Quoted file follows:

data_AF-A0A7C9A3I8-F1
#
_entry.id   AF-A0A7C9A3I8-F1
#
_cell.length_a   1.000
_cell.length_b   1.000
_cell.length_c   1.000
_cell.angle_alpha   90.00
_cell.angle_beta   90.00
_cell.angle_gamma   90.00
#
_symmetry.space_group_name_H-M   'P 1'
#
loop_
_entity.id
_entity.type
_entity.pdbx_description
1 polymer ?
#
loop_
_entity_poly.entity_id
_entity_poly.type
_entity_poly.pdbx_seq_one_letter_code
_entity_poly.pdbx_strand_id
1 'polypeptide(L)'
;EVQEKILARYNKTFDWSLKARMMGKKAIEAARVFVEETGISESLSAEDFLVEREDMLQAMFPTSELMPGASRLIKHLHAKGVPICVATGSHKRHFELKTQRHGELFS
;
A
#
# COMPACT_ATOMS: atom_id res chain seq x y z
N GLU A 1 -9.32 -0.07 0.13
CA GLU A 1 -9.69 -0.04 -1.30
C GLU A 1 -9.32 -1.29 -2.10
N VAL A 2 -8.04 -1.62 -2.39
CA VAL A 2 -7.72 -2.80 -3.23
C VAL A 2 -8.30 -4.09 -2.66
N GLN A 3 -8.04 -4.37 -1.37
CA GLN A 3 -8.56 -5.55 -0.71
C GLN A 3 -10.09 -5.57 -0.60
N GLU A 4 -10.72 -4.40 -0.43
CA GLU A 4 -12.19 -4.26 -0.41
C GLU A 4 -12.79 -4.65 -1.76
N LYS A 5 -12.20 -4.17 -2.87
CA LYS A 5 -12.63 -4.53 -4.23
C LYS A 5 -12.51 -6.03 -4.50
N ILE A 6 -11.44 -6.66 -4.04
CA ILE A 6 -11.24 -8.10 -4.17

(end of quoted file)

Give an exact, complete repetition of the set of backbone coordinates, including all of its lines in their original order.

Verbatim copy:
data_AF-A0A7C9A3I8-F1
#
_entry.id   AF-A0A7C9A3I8-F1
#
_cell.length_a   1.000
_cell.length_b   1.000
_cell.length_c   1.000
_cell.angle_alpha   90.00
_cell.angle_beta   90.00
_cell.angle_gamma   90.00
#
_symmetry.space_group_name_H-M   'P 1'
#
loop_
_entity.id
_entity.type
_entity.pdbx_description
1 polymer ?
#
loop_
_entity_poly.entity_id
_entity_poly.type
_entity_poly.pdbx_seq_one_letter_code
_entity_poly.pdbx_strand_id
1 'polypeptide(L)'
;EVQEKILARYNKTFDWSLKARMMGKKAIEAARVFVEETGISESLSAEDFLVEREDMLQAMFPTSELMPGASRLIKHLHAKGVPICVATGSHKRHFELKTQRHGELFS
;
A
#
# COMPACT_ATOMS: atom_id res chain seq x y z
N GLU A 1 -9.32 -0.07 0.13
CA GLU A 1 -9.69 -0.04 -1.30
C GLU A 1 -9.32 -1.29 -2.10
N VAL A 2 -8.04 -1.62 -2.39
CA VAL A 2 -7.72 -2.80 -3.23
C VAL A 2 -8.30 -4.09 -2.66
N GLN A 3 -8.04 -4.37 -1.37
CA GLN A 3 -8.56 -5.55 -0.71
C GLN A 3 -10.09 -5.57 -0.60
N GLU A 4 -10.72 -4.40 -0.43
CA GLU A 4 -12.19 -4.26 -0.41
C GLU A 4 -12.79 -4.65 -1.76
N LYS A 5 -12.20 -4.17 -2.87
CA LYS A 5 -12.63 -4.53 -4.23
C LYS A 5 -12.51 -6.03 -4.50
N ILE A 6 -11.44 -6.66 -4.04
CA ILE A 6 -11.24 -8.10 -4.17